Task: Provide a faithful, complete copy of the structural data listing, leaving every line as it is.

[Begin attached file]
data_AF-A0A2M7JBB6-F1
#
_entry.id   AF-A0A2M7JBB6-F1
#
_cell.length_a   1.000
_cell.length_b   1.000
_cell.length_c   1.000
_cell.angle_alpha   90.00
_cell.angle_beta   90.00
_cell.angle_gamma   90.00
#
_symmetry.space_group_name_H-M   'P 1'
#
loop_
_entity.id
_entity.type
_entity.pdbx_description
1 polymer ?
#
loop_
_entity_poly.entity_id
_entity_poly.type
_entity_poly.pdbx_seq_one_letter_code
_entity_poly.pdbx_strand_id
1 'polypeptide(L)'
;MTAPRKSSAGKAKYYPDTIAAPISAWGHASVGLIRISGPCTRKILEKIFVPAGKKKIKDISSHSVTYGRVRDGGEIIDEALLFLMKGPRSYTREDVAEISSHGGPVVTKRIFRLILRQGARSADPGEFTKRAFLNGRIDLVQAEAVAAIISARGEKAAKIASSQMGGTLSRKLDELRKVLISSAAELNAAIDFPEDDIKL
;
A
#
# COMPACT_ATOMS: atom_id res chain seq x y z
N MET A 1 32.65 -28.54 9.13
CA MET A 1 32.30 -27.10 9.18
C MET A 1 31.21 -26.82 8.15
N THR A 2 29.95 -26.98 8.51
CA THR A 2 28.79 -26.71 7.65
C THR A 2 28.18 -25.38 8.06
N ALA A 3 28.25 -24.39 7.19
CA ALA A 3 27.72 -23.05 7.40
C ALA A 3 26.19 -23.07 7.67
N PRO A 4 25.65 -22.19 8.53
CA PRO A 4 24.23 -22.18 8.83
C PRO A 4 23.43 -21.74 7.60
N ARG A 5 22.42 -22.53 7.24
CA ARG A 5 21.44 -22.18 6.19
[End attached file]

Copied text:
data_AF-A0A2M7JBB6-F1
#
_entry.id   AF-A0A2M7JBB6-F1
#
_cell.length_a   1.000
_cell.length_b   1.000
_cell.length_c   1.000
_cell.angle_alpha   90.00
_cell.angle_beta   90.00
_cell.angle_gamma   90.00
#
_symmetry.space_group_name_H-M   'P 1'
#
loop_
_entity.id
_entity.type
_entity.pdbx_description
1 polymer ?
#
loop_
_entity_poly.entity_id
_entity_poly.type
_entity_poly.pdbx_seq_one_letter_code
_entity_poly.pdbx_strand_id
1 'polypeptide(L)'
;MTAPRKSSAGKAKYYPDTIAAPISAWGHASVGLIRISGPCTRKILEKIFVPAGKKKIKDISSHSVTYGRVRDGGEIIDEALLFLMKGPRSYTREDVAEISSHGGPVVTKRIFRLILRQGARSADPGEFTKRAFLNGRIDLVQAEAVAAIISARGEKAAKIASSQMGGTLSRKLDELRKVLISSAAELNAAIDFPEDDIKL
;
A
#
# COMPACT_ATOMS: atom_id res chain seq x y z
N MET A 1 32.65 -28.54 9.13
CA MET A 1 32.30 -27.10 9.18
C MET A 1 31.21 -26.82 8.15
N THR A 2 29.95 -26.98 8.51
CA THR A 2 28.79 -26.71 7.65
C THR A 2 28.18 -25.38 8.06
N ALA A 3 28.25 -24.39 7.19
CA ALA A 3 27.72 -23.05 7.40
C ALA A 3 26.19 -23.07 7.67
N PRO A 4 25.65 -22.19 8.53
CA PRO A 4 24.23 -22.18 8.83
C PRO A 4 23.43 -21.74 7.60
N ARG A 5 22.42 -22.53 7.24
CA ARG A 5 21.44 -22.18 6.19